"The local police safer neighbourhood team were out on my commute home tonight warning cyclists about breaking the law on Victoria Park Road. They seemed to accept, though, that Hackney Council’s failure to provide safe lanes on an important cycling route was causing scores of cyclists to either put themselves in danger or conflict with pedestrians on the (also inadequate) pavements. I’m also hopeful from my chat with the SNT officer that the police in Hackney are actually already advocating for better infrastructure."

I think it's time that London's Mayor demonstrates that his much promised 'cycling revolution' actually has some legs. And he needs to start by actually building the infrastructure to support it. After an outcry by councillors and residents, Southwark's Labour council seems to have realised that too. It's not about building segregated bike lanes all over London. It is about building our road infrastructure so that there are plenty of 'safe, cycle routes free of intimidatory traffic for those who travel across the borough by bike'. Provided they get on and build it, then this is absolutely spot-on, in my view. 


  1. It feels like we might be on the edge of a serious change in official language and attitudes. Well done to all on years of pestering. Fingers crossed (and efforts redoubled). Things might actually start to change.

  2. Seeing the word “intimidatory” in an official pronouncement does seem to be a step forward, as it finally recognises the issue of subjective safety, breezily dismissed by our glorious “wits about you” Mayor. Congrats to LB Southwark for that.

    I don’t subscribe to the view expressed by many, that cycling is “dangerous” per se – the risk of death or serious injury, expressed per unit of time or distance, according to the comparatives you use, does not really show cycling unfavourably compared with other activities such as walking, playing team sports, swimming etc. However, having been forced back on to my two feet by icy conditions at home lately, I have winced repeatedly as cyclists who have passed me have themselves been overtaken at extremely close quarters by aggressive and impatient drivers, and I can only conclude that the cyclists are among those whom Boris had in mind in his Elephant & Castle comment.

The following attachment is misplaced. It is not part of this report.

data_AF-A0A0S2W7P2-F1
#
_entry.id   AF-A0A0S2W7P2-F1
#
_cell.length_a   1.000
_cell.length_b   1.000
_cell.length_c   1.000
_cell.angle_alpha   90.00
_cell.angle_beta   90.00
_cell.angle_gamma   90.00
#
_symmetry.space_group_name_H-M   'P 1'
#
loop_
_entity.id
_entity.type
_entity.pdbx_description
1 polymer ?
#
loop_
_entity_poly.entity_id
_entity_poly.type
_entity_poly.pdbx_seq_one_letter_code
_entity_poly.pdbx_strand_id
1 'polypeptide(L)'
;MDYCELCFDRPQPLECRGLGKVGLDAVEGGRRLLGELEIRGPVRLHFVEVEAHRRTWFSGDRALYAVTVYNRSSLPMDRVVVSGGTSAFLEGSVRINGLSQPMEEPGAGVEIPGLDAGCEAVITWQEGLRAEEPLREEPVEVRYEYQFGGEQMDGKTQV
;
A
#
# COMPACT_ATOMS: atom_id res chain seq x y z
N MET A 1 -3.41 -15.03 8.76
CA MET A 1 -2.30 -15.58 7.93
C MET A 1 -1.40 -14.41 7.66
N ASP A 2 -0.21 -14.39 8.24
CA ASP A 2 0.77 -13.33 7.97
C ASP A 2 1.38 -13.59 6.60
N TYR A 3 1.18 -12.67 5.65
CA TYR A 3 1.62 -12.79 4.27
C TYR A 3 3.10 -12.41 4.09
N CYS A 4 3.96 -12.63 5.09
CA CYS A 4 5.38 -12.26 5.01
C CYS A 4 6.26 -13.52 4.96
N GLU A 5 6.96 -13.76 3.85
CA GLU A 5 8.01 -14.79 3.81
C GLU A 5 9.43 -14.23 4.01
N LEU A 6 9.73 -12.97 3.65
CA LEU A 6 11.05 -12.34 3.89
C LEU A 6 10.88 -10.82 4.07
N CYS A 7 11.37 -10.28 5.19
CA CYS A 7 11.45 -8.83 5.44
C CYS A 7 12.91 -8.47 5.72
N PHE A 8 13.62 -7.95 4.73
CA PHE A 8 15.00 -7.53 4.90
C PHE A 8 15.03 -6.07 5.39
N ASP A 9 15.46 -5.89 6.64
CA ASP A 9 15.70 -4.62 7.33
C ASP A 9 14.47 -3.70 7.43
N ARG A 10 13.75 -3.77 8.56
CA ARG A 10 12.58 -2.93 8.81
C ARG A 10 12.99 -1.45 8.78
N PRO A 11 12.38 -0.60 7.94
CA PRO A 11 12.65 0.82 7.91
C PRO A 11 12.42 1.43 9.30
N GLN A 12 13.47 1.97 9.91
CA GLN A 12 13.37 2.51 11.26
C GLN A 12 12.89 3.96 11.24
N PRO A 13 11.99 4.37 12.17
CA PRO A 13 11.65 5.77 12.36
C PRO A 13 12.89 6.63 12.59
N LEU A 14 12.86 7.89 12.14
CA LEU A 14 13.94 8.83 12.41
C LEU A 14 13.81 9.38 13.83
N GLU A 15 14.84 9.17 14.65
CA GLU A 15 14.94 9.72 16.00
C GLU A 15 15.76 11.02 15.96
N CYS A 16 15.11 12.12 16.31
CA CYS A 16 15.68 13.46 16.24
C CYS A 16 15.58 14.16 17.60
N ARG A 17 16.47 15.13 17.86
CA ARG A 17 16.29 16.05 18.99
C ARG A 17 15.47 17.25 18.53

Of course “objective” statistics are in fact anything but – you might conclude from the reduction of pedestrian road casualties over the years that roads have become safer for pedestrians and cyclists, or you can entirely reasonably conclude that the reductions are actually because the roads have become more dangerous, forcing pedestrians and cyclists to withdraw from them, as apparently Mike Penning MP believes that they should.

    Speaking of Mr Penning, he should remember what happened to Mr Toad. He also thought that he owned the road, and look where it got him – a prison sentence, a dramatic escape dressed as a washerwoman, and a return home to find his house overrun by squatters. Think about it, Mr Penning: figuratively speaking, the same fate might await you!

  3. I think using "intimidated" is useful, it describes much better how biking feels around buses, vans, trucks and taxi drivers etc. Deliberate close passes are at best bullying behaviour, or some other form of harassment.

    Its a shame that police drivers are some of the worse offenders at this as well, and not surprising that they don't enforce the existing rules that motorists dangerously flout regularly but continue to harass cyclists with red light FPNs instead.

  4. I regularly use Vauxhall Cross and at one point did even have a chap on a Brompton comment "I hate this area!" as we sat at the lights to head round towards Stockwell/Clapham.

    Of course getting there is not for the faint hearted. Given that you need the 3rd lane (counting from the left) off the bridge, which ideally means approaching in the 2nd lane as you come off the south end, it means you are pretty much forced into some rather hair raising lane hopping. Now I'm a fairly confident and quick rider but even I occasionally get a bit nervous doing this! Once the lights go green you then have to contend with the drivers who fail to realize what those dashed lines in the road mean as they weave under the bridge...they are lane markings, meant to show where you are meant to drive between and NOT over! Most drivers work on the "shortest distance is a straight line" or are following their sat navs so well they end up lane switching at the last moment.

    On a good day I can get over and be heading down in L2 with a green ahead as I come off the bridge. Then just take primary in L3 and keep it centred as best I can between the lines before reaching the lights on the other side of the short tunnel. On a bad day I won't be able to move over properly due to busy lanes and end up having to ride across the ASL then dodge cars.

  5. Satire converges on reality in this recent "TheDailyMash" spoof:

    It is supposed to be a joke, but in reality hits the nail on the head: Bikes and vehicles shouldn't have to try to co-exist on shared road space - instead there should be proper separation between them.

  6. I think it's worth reading today's copy of the South London Press for the interview with Southwark council leader Peter John on this very subject.
    In it he talks a little about what this "network of safe routes" might look like.
    South London Press

  7. Judging by the messages on Southwark Cyclists Yahoo group, this apparent change of heart is a sham - no moe money has been provided and only about £600k over 3 years is specifically for cycling - not enough to build proper cycle infrastructure.

    Other figures mentioned eg £4m, include spending on other mwasures which might have a peripheral benefit for cyclists - hardly the same thing.